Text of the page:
Financing and the cost of capital pose substantial challenges for energy investment in the Global South. Limited access to capital markets, high borrowing costs, and real or perceived investment risks deter domestic and foreign investors. This problem is even more pronounced in today’s high-interest-rate environment. The lack of creditworthy offtakers and uncertain regulatory environments undermine investor confidence. Currency volatility and political instability amplify investment risks, discouraging long-term commitments. Infrastructure projects require substantial up-front capital, which many developing countries struggle to mobilize independently. Consequently, attracting capital and securing favorable financing terms are paramount for advancing energy infrastructure and transitioning to sustainable energy sources.

Paths to progress

There are a few strategies for policymakers, industry and investors to consider as they design and navigate energy transition pathways in the Global South.

A ‘horses-for-courses’ approach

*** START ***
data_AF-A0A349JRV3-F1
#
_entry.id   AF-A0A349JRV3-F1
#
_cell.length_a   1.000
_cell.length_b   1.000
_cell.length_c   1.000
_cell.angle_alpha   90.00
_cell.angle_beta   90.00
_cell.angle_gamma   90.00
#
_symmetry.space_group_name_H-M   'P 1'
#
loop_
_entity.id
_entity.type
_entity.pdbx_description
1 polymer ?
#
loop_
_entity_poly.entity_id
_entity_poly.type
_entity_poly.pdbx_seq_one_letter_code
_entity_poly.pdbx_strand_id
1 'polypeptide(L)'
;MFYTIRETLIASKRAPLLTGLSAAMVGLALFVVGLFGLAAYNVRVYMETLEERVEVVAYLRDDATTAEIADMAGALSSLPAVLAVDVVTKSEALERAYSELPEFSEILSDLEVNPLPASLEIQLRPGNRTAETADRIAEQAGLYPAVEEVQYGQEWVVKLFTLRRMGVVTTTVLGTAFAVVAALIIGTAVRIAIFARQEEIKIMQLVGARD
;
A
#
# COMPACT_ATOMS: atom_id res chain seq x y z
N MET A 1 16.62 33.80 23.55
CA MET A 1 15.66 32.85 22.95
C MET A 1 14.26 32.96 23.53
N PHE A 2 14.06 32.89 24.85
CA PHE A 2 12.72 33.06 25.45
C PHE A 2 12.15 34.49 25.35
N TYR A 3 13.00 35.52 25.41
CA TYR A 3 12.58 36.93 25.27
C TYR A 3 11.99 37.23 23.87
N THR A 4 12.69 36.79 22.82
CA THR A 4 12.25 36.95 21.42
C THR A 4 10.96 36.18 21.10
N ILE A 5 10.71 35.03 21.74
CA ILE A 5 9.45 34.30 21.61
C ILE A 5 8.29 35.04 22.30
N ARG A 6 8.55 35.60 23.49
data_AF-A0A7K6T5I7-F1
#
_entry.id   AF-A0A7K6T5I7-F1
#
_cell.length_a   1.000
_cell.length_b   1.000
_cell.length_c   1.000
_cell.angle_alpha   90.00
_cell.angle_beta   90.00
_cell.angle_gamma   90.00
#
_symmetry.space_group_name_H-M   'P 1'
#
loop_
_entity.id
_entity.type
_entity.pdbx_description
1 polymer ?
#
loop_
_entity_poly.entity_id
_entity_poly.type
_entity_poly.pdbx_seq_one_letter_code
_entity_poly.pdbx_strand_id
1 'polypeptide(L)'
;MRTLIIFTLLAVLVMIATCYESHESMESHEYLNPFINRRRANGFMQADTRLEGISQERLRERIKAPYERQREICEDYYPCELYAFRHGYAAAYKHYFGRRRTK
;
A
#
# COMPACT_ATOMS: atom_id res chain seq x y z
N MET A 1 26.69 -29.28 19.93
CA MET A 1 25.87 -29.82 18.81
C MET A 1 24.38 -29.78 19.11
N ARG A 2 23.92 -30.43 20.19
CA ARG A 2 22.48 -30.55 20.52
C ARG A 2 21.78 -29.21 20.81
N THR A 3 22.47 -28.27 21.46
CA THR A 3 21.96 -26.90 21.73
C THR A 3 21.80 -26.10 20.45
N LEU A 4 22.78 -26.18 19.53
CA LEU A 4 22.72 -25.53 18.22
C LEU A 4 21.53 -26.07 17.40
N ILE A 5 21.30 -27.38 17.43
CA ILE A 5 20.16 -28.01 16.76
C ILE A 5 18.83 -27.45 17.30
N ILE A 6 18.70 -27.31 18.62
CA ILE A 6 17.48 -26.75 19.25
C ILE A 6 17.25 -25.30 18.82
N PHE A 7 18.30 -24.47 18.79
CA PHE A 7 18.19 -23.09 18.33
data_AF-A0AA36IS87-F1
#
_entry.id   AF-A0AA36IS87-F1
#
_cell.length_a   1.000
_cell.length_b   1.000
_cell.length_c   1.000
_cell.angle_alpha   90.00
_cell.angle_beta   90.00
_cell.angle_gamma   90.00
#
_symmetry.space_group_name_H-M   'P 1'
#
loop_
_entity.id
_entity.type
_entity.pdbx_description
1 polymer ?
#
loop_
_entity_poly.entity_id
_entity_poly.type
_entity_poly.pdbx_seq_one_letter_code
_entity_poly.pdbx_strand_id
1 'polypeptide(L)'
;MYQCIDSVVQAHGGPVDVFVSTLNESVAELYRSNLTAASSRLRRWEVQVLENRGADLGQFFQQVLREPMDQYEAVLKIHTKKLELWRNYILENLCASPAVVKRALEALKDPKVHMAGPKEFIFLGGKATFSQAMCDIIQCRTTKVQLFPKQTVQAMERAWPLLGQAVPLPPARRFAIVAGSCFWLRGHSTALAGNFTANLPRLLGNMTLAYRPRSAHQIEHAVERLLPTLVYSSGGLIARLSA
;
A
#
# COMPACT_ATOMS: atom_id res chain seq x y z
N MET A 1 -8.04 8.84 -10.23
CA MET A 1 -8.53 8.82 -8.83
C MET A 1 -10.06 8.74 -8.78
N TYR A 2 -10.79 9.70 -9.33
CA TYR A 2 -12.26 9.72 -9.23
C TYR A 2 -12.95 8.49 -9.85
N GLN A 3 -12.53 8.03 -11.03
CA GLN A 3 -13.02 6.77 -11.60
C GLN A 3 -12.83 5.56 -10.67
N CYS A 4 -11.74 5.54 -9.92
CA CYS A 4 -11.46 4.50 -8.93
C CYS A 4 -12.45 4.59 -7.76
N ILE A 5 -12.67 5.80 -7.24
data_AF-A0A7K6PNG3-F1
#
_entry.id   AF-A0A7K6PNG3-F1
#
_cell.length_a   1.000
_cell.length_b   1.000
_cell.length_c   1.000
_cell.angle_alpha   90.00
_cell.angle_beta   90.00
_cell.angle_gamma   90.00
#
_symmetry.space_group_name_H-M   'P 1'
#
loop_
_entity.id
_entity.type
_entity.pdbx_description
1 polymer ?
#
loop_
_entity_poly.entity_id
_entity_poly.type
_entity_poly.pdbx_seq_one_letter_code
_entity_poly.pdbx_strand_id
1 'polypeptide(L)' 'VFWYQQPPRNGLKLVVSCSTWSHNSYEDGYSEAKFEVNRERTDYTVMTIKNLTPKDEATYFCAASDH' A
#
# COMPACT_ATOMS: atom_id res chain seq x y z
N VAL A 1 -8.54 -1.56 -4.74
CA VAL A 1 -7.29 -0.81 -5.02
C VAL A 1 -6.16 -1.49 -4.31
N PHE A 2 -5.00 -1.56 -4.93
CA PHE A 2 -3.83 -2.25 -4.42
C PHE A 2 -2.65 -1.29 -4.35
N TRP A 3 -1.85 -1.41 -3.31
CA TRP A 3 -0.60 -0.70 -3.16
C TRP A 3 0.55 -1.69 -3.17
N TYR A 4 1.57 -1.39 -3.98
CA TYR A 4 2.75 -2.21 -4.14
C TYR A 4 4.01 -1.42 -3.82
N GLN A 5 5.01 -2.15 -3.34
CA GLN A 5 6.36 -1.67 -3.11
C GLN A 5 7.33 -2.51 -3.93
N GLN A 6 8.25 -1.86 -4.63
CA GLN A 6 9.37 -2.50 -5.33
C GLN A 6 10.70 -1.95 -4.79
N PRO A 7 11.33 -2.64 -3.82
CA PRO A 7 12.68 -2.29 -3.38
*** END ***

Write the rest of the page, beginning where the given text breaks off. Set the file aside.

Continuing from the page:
We need to recognize that each country has its own opportunities, faces its own challenges and must find its own way forward. Regional energy pathways for poorer countries could focus on basic needs in terms of energy access and affordability — and, once these are assured, consider more ambitious climate goals. To meet these needs, many countries in the Global South want to be enabled, and supported, to build their economic and industrial capacity through conventional fossil fuels, especially gas, to meet economic growth needs and to reduce the burning of wood and waste. A “technology leapfrog” from traditional biomass to renewables may be appropriate in some circumstances, but it will be a difficult transition pathway for many low-income economies.

We need to recognize that each country has its own opportunities, faces its own challenges and must find its own way forward.


Capacity building to reduce risks